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Strands in English
The expectations in the compulsory courses of the English curriculum are organized in four strands, or broad areas of learning: Oral Communication, Reading and Literature Studies, Writing, and Media Studies. The program in all grades is designed to develop a range of essential skills in these four interrelated areas, built on a solid foundation of knowledge of the conventions of standard English and incorporating the use of analytical, critical, and metacognitive thinking skills.
Media Studies Strand
The Ontario Grades 9-10 curriculum states that whereas traditional English language study may be seen to focus primarily on the understanding of the word, media studies focuses on the construction of meaning through the combination of several media “languages” – images, sounds, graphics, and words.
Media Studies explores the impact and influence of mass media and popular culture by examining texts such as films, songs, video games, action figures, advertisements, CD covers, clothing, billboards, television shows, magazines, newspapers, photographs, and Web sites. These texts abound in our electronic information age, and the messages they convey, both overt and implied, can have a significant influence on students’ lives. For this reason, critical thinking as it applies to media products and messages assumes a special significance. Understanding how media texts are constructed and why they are produced enables students to respond to them intelligently and responsibly. Students must be able to differentiate between fact and opinion; evaluate the credibility of sources; recognize bias; be attuned to discriminatory portrayals of individuals and groups, such as religious or sexual minorities, people with disabilities, or seniors; and question depictions of violence and crime.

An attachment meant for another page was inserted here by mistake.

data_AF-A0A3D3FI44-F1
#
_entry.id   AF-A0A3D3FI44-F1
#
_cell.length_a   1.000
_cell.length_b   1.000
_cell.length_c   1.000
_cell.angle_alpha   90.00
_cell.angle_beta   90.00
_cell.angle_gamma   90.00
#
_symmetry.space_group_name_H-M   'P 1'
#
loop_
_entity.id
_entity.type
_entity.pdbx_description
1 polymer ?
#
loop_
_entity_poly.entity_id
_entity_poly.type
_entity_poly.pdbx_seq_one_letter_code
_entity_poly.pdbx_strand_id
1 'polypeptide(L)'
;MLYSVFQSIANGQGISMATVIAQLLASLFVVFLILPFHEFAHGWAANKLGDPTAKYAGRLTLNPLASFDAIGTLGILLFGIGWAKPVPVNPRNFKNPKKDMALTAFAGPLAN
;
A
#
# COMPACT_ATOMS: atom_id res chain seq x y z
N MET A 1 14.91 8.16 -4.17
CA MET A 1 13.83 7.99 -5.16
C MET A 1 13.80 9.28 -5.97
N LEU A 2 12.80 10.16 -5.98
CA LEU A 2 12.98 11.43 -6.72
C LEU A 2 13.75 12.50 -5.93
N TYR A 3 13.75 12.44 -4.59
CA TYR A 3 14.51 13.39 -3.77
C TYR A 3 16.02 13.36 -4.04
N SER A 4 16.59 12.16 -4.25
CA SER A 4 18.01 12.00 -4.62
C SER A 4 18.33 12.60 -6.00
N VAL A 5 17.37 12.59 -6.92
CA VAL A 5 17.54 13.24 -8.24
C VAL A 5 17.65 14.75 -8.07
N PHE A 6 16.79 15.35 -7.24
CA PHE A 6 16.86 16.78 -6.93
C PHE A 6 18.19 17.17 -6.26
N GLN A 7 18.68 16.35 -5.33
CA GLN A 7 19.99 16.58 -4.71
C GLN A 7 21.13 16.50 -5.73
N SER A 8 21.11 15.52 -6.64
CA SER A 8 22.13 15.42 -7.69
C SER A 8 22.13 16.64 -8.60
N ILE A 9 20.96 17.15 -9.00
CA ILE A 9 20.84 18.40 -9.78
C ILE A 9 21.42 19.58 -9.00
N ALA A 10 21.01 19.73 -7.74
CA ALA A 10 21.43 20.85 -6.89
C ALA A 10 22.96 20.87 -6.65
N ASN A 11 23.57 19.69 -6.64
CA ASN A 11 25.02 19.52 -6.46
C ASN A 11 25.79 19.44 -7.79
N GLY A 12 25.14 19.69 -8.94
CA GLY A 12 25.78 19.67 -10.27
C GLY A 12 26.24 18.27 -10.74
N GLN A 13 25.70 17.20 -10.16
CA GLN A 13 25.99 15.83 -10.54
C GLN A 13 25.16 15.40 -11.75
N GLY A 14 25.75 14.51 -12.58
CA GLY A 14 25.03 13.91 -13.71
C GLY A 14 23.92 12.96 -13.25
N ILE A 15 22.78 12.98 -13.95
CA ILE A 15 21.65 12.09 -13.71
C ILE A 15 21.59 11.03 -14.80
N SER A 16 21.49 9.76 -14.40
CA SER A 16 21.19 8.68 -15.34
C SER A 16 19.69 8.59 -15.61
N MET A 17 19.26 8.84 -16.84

To develop their media literacy skills, students should have opportunities to view, analyse, and discuss a wide variety of media texts and relate them to their own experience. They should also have opportunities to use available technologies to create media texts of different types (e.g., computer graphics, cartoons, graphic designs and layouts, radio plays, short videos, Web pages).
This strand focuses on helping students develop the skills required to understand, create, and critically interpret media texts. It examines how images (both moving and still), sound, and words are used, independently and in combination, to create meaning. It explores the use and significance of particular conventions and techniques in the media and considers the roles of the viewer and the producer in constructing meaning in media texts. Students apply the knowledge and skills gained through analysis of media texts as they create their own texts.
The Ontario Curriculum Grades 9-10 English, 2007.
Ontario Ministry of Education and Training
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